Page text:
The four principles are:
The overarching support for excellence in the classroom is a school wide culture of excellence. Students need to be helped to develop the habits of mind necessary for producing quality work. Like so many habits, it is not enough for students to be exposed during one school year. Structures need to be in place school wide in order for lasting change, learning and growth to take hold. 
The antithesis of this is the "I'm done" culture where students work in order to be "done." It's an emphasis on coverage and quantity, as opposed to depth and quality. I sometimes feel stuck here, and I've had a lot of individual discussions with teachers about how to overcome this. 

Some questions:
How do we create a school culture of excellence?
What external structures can support students' understanding and internalization of quality work?
How do we help students develop internal motivation to put forth the necessary effort to do high quality work?
Do we give our students enough time to do good work?
Can more integration between subjects and collaboration between teachers facilitate better student work?

A couple of thoughts:
As usual, I have more questions than answers. This is a topic that seems to arise in almost every post-planning/reflective conversation I have with teachers. I have tried several strategies to support student work, but I haven't found that magic bullet that leads to consistent quality. This is one area that I would like to devote to action-research: how I, as a "coach" can be helpful to teachers. 
  • Work that matters: How do we make the work meaningful without compromising curricular goals? Remember the Alan November TED Talk and the "digital learning farm?" School can't be a place where we park kids for the day until their real life begins. It is a delicate balance, though, between letting kids do only what they want and finding ways to bring new ideas to life. I have a vision that blogfolios will facilitate more meaningful work by providing a platform for students to publish and share their creations. 
  • Examples of excellence: Examples of excellence are key. Searching for and cataloging examples of excellence representing a variety of "products" at different developmental levels is one service that I can offer to teachers. As our students create more works, their excellent work will become part of our collection of examples. This may, potentially serve as a motivational tool. As part of the preparation for an activity, students should actively analyze and evaluate work samples of formats similar to what they might be producing.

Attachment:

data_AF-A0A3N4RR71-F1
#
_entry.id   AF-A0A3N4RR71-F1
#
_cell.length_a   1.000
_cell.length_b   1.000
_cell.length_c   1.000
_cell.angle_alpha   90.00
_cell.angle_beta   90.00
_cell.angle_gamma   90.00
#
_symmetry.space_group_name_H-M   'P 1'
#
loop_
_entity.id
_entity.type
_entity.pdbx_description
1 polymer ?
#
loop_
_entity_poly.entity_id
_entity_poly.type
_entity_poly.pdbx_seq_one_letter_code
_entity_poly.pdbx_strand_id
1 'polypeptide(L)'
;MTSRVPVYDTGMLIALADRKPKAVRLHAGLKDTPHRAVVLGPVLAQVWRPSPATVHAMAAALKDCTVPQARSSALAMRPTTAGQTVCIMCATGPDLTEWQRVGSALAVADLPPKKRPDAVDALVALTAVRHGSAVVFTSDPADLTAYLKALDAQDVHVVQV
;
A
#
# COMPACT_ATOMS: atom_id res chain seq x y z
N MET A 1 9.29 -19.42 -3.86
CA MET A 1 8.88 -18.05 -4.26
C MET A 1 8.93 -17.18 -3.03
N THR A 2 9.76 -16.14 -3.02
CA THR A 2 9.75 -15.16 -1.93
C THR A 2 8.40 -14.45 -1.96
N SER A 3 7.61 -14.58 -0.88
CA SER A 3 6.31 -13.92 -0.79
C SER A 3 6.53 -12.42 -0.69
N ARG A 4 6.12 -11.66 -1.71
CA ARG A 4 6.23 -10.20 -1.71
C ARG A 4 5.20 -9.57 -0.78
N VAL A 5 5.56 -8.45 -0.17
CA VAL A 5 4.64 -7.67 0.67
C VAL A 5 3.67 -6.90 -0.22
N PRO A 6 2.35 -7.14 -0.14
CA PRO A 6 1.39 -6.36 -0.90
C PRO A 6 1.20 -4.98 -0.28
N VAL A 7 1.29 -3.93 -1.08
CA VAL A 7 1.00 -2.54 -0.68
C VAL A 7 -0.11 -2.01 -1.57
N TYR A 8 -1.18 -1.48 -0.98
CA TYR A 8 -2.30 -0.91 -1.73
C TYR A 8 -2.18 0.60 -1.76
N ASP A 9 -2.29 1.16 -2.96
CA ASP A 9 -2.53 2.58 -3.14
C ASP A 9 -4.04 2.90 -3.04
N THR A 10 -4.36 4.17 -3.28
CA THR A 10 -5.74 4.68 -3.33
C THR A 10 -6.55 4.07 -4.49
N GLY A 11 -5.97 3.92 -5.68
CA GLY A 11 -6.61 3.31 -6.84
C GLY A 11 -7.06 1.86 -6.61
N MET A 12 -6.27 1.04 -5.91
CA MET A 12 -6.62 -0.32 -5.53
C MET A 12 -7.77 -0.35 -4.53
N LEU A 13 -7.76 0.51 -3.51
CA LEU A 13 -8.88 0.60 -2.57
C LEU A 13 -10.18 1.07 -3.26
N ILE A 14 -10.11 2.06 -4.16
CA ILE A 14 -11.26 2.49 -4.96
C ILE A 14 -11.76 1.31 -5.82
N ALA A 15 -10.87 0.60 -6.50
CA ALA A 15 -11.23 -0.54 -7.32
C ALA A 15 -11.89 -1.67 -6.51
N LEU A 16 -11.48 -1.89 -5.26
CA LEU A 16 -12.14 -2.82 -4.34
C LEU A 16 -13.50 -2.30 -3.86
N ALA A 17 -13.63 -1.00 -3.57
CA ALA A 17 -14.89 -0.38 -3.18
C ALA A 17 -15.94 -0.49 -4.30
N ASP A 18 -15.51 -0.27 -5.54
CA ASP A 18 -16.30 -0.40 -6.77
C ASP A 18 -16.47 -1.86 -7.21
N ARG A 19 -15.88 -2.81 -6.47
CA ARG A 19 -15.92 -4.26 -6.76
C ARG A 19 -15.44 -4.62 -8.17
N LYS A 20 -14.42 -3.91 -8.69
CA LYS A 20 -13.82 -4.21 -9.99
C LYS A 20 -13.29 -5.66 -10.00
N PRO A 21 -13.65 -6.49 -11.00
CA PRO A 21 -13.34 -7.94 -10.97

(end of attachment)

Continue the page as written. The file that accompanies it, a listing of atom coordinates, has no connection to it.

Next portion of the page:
• Public presentation: My vision is for our student blogfolios to provide a platform for public presentation of all work, as well as a document of each student's unique growth.  I am convinced of the importance of this piece; however, I don't think it is as simple as publish it online and get your "authentic audience." Although this is a nice idea in theory, it is harder than tweeting a link with #comments4kids. Students who want interaction, comments or an interested audience, really have to produce something worthy of interest. In the meantime, I think we need to continue to build the infrastructure and facilitate academic connections between students and teachers, students and parents, students and "subject-matter mentors," students and other students, etc. 
  • Critique: This is the one that I haven't figured out at all. How do we incorporate meaningful critique into our learning process? Ron Berger had real-world experts regularly provide critique to his students. For example, if they did an architecture project, he had an architect come in to the classroom and provide feedback to students. He also had students help one another in this way. I think this would be an example of where school wide structures could help support the process. For example, if students started with formal critiques in the lower grades, they would become used to this part of the process. I would like to spend more time next year learning about "critique" as part of the formal learning feedback loop. Is anyone interested in working on this with me?
  • Rubrics: Rubrics can play a role in giving students guidelines for what is expected. I know that a lot of teachers use rubrics with varying degrees of success. One interesting use of rubrics I witnessed this year was with Stephanie's 4th graders' use of blogging and commenting rubrics to assess their own and others' blog posts and comments. The more detailed and focused the rubric, the more helpful it can potentially be. For example, I knew a teacher who used a rubric for multimedia projects that had, as one of the criteria, that each slide contained original artwork with no white space. It sounds overly detailed, but her students artwork was some of the best I have seen. They took extra care because they didn't want to lose points on the rubric for leaving white space. Helping teachers create and use rubrics to support quality, might be another example of how, as a coach, I can support teachers. 
  • Types of work products, reflections, blogfolios: If a student chooses a test or worksheet with a 100% grade as a "best work sample" and their reflection is something to the effect of, "I know this is an example of my best work because I got a good grade" that is assessment of sorts, for us as teachers. If our goal is to foster independence and internal motivation, we have to find other ways of presenting findings about learning than just grades and test scores. This is another huge area of debate. I hear, quite frequently, that teachers feel that they are not preparing students for the future if they do not give tests and grades for every unit of work. I am interested in putting these theories to the test as well. I would love to set up an experiment where we assess students in a variety of ways to find out if and how assessment impacts learning. Any takers?